Carpal Tunnel Syndrome (CTS) is a painful condition caused by compression of the median nerve within the small space, or carpal “tunnel,” of the wrist. The carpal tunnel is a narrow space formed by the wrist (carpal) bones, transverse carpal ligament, the median nerve, and specific tendons. Carpal Tunnel causes numbness, weakness, tingling, and/or burning pain in, primarily, the first three fingers of the hand. These symptoms may, however, may radiate into the thumb, hand, forearm and shoulder. Carpal Tunnel is the most common peripheral compression neuropathy and repetitive stress injury (RSI) in the United States.
Carpal Tunnel is most common in people who perform repetitive tasks with their hands, such as factory assemblers and frequent computer users. This repetitive movement causes inflammation and swelling of the soft tissues surrounding the carpal tunnel. Inflamed tendons are the usual culprit. They press on the median nerve, which causes the aforementioned numbness and pain.
Carpal tunnel syndrome can also be the result of an underlying joint or bone disease (arthritis, osteoarthritis, rheumatoid arthritis), certain hormonal or metabolic changes (pregnancy, menopause, thyroid imbalance), and changes in blood-sugar levels (type 2 diabetes). It may also result from certain conditions and injuries of the wrist. These may include sprains, breaks, or other direct trauma which causes wrist swelling and inflammation. Carpal Tunnel is most common in women between the ages of 40 and 60.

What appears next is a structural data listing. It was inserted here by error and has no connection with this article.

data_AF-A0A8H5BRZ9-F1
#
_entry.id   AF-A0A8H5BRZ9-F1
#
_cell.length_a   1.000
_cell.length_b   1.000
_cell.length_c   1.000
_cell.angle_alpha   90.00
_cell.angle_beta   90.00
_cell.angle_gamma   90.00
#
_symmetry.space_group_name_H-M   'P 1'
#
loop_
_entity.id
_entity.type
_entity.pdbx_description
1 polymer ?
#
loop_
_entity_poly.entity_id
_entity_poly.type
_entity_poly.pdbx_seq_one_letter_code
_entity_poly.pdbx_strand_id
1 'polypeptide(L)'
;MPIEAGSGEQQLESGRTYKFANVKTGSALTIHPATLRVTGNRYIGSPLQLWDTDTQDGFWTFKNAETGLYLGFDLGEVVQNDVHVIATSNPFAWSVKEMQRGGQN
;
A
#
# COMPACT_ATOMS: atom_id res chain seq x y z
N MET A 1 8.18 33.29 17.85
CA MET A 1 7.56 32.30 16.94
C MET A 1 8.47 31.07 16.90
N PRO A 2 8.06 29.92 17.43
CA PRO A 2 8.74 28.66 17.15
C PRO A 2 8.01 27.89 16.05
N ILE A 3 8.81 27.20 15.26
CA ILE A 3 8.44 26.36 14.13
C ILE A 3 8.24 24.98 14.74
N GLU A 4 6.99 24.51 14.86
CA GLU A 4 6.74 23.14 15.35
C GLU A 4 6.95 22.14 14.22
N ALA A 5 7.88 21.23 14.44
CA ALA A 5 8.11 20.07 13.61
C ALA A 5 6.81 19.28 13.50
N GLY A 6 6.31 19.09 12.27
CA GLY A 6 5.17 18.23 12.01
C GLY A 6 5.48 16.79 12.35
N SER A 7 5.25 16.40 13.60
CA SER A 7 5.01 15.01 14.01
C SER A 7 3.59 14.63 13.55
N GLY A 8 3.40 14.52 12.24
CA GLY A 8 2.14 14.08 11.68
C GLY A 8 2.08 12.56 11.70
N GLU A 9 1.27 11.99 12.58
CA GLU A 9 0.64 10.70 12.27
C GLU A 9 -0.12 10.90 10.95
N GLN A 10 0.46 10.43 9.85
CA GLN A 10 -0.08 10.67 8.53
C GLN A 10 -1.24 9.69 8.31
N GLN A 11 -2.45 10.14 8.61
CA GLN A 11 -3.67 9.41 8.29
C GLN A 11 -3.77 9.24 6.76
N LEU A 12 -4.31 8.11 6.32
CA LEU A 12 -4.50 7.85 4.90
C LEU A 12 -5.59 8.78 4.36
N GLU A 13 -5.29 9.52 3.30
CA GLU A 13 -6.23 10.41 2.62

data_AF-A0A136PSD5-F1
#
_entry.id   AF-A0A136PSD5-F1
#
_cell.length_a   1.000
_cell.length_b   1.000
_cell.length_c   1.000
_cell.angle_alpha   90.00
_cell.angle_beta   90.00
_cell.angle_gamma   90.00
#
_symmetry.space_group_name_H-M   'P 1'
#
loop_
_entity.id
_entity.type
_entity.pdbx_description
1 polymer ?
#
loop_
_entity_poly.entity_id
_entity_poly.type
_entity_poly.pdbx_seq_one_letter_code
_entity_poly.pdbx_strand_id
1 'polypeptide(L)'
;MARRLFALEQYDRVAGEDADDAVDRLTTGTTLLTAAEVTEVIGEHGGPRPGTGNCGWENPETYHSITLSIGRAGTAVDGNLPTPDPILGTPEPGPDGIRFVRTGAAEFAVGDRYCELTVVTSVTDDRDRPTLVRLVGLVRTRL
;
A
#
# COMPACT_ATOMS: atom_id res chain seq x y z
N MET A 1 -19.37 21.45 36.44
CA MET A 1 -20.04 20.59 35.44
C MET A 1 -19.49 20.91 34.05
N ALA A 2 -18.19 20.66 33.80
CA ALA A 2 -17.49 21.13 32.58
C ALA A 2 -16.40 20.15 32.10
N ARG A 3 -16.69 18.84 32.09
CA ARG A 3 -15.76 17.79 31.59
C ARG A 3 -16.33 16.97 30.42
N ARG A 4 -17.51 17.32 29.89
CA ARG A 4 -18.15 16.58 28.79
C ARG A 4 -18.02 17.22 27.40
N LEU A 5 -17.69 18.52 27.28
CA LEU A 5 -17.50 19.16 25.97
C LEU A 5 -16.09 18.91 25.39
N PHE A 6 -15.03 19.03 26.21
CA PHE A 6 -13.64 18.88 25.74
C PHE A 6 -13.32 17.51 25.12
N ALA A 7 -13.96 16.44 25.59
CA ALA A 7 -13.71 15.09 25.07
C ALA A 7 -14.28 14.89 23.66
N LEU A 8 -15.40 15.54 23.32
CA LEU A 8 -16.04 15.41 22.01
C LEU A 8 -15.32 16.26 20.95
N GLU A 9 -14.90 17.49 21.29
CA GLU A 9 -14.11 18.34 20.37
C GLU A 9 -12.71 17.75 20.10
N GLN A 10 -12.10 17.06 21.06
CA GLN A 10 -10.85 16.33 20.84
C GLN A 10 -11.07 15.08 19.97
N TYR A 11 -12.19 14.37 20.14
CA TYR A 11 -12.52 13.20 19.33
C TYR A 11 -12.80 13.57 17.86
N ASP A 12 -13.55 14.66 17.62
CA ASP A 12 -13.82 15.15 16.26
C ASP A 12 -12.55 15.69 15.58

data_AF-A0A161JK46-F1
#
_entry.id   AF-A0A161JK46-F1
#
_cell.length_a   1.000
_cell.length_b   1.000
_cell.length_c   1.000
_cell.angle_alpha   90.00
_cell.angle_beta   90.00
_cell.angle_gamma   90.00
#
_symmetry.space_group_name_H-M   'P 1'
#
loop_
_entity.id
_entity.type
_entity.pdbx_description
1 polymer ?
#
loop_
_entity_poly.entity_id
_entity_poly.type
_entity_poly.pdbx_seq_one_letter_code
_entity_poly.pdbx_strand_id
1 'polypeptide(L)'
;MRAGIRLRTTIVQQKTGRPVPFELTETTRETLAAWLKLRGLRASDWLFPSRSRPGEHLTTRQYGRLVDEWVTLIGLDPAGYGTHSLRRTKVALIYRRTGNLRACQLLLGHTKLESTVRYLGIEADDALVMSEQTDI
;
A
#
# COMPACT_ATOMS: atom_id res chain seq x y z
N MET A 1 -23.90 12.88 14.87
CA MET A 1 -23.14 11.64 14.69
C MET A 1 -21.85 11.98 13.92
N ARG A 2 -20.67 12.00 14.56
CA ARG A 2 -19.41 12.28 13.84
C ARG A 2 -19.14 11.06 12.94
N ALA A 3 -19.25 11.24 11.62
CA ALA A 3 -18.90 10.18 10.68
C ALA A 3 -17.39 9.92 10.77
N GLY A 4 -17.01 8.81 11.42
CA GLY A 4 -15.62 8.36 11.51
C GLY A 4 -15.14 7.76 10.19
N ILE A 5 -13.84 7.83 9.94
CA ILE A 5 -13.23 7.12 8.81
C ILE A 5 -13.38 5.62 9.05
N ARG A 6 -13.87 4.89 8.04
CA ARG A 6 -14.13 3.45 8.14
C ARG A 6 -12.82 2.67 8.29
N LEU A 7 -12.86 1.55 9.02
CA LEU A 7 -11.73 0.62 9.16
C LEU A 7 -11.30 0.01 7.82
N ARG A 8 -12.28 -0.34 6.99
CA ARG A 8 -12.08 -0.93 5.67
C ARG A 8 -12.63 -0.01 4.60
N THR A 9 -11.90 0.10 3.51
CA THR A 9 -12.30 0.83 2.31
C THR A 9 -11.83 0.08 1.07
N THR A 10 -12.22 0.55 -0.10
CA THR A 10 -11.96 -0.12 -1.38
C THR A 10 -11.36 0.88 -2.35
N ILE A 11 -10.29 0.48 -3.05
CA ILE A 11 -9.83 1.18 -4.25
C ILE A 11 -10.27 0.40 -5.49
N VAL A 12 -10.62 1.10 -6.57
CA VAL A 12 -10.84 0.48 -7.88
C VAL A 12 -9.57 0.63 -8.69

According to the U.S. National Center for Health Statistics (1):
- Carpal tunnel syndrome affects over 2 million people in the United States.
- Approximately 260,000 carpal tunnel release surgeries are performed each year, with nearly 47 percent of these being work-related.
- Carpal tunnel syndrome accounts for the highest average in number of days missed at work, when compared to all other work-related injuries or illnesses.
Carpal tunnel symptoms are often similar to other health conditions or problems. Carpal Tunnel sufferers may experience some or all of the following symptoms:
- Pain in the wrist that radiates into the hand and sometimes the forearm and shoulder
- Numbness, tingling, and/or burning pain in the hand and first three fingers